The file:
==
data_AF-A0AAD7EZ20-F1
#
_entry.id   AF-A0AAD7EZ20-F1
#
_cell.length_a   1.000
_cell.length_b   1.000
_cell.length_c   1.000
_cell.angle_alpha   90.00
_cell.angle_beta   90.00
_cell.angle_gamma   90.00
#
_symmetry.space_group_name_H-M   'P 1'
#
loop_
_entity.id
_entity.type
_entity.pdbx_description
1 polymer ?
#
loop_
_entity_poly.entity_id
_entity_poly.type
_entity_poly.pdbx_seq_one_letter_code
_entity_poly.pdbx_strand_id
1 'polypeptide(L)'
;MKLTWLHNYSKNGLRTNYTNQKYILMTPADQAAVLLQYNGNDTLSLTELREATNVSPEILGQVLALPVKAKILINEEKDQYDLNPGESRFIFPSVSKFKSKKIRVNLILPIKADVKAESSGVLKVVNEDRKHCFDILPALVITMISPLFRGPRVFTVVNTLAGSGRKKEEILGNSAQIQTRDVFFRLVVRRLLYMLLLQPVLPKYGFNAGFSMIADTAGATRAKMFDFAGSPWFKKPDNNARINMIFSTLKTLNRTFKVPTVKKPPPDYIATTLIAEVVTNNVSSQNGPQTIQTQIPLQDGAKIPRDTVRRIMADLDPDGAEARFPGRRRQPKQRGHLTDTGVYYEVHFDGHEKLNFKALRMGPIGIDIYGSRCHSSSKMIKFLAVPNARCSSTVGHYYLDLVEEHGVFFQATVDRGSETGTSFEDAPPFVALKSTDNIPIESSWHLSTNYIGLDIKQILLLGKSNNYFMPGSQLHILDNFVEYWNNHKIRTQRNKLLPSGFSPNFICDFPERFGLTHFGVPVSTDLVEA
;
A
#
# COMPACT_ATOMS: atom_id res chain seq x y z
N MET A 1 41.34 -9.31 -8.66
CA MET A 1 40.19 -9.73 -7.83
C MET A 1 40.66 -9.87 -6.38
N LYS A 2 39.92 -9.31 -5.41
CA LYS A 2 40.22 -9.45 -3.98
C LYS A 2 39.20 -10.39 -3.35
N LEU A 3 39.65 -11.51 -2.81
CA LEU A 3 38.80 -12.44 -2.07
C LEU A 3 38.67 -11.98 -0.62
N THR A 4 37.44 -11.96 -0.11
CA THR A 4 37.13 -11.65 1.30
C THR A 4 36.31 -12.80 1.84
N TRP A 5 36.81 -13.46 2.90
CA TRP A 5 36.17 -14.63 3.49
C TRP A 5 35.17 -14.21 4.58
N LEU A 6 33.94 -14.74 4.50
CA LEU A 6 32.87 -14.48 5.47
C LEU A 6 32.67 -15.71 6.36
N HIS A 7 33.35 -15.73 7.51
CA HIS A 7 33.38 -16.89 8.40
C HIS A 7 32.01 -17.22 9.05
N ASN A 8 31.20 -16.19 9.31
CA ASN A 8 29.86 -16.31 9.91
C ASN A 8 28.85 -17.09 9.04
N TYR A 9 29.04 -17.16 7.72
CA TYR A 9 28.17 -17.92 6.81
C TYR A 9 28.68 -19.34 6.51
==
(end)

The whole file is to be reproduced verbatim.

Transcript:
data_AF-A0AAD7EZ20-F1
#
_entry.id   AF-A0AAD7EZ20-F1
#
_cell.length_a   1.000
_cell.length_b   1.000
_cell.length_c   1.000
_cell.angle_alpha   90.00
_cell.angle_beta   90.00
_cell.angle_gamma   90.00
#
_symmetry.space_group_name_H-M   'P 1'
#
loop_
_entity.id
_entity.type
_entity.pdbx_description
1 polymer ?
#
loop_
_entity_poly.entity_id
_entity_poly.type
_entity_poly.pdbx_seq_one_letter_code
_entity_poly.pdbx_strand_id
1 'polypeptide(L)'
;MKLTWLHNYSKNGLRTNYTNQKYILMTPADQAAVLLQYNGNDTLSLTELREATNVSPEILGQVLALPVKAKILINEEKDQYDLNPGESRFIFPSVSKFKSKKIRVNLILPIKADVKAESSGVLKVVNEDRKHCFDILPALVITMISPLFRGPRVFTVVNTLAGSGRKKEEILGNSAQIQTRDVFFRLVVRRLLYMLLLQPVLPKYGFNAGFSMIADTAGATRAKMFDFAGSPWFKKPDNNARINMIFSTLKTLNRTFKVPTVKKPPPDYIATTLIAEVVTNNVSSQNGPQTIQTQIPLQDGAKIPRDTVRRIMADLDPDGAEARFPGRRRQPKQRGHLTDTGVYYEVHFDGHEKLNFKALRMGPIGIDIYGSRCHSSSKMIKFLAVPNARCSSTVGHYYLDLVEEHGVFFQATVDRGSETGTSFEDAPPFVALKSTDNIPIESSWHLSTNYIGLDIKQILLLGKSNNYFMPGSQLHILDNFVEYWNNHKIRTQRNKLLPSGFSPNFICDFPERFGLTHFGVPVSTDLVEA
;
A
#
# COMPACT_ATOMS: atom_id res chain seq x y z
N MET A 1 41.34 -9.31 -8.66
CA MET A 1 40.19 -9.73 -7.83
C MET A 1 40.66 -9.87 -6.38
N LYS A 2 39.92 -9.31 -5.41
CA LYS A 2 40.22 -9.45 -3.98
C LYS A 2 39.20 -10.39 -3.35
N LEU A 3 39.65 -11.51 -2.81
CA LEU A 3 38.80 -12.44 -2.07
C LEU A 3 38.67 -11.98 -0.62
N THR A 4 37.44 -11.96 -0.11
CA THR A 4 37.13 -11.65 1.30
C THR A 4 36.31 -12.80 1.84
N TRP A 5 36.81 -13.46 2.90
CA TRP A 5 36.17 -14.63 3.49
C TRP A 5 35.17 -14.21 4.58
N LEU A 6 33.94 -14.74 4.50
CA LEU A 6 32.87 -14.48 5.47
C LEU A 6 32.67 -15.71 6.36
N HIS A 7 33.35 -15.73 7.51
CA HIS A 7 33.38 -16.89 8.40
C HIS A 7 32.01 -17.22 9.05
N ASN A 8 31.20 -16.19 9.31
CA ASN A 8 29.86 -16.31 9.91
C ASN A 8 28.85 -17.09 9.04
N TYR A 9 29.04 -17.16 7.72
CA TYR A 9 28.17 -17.92 6.81
C TYR A 9 28.68 -19.34 6.51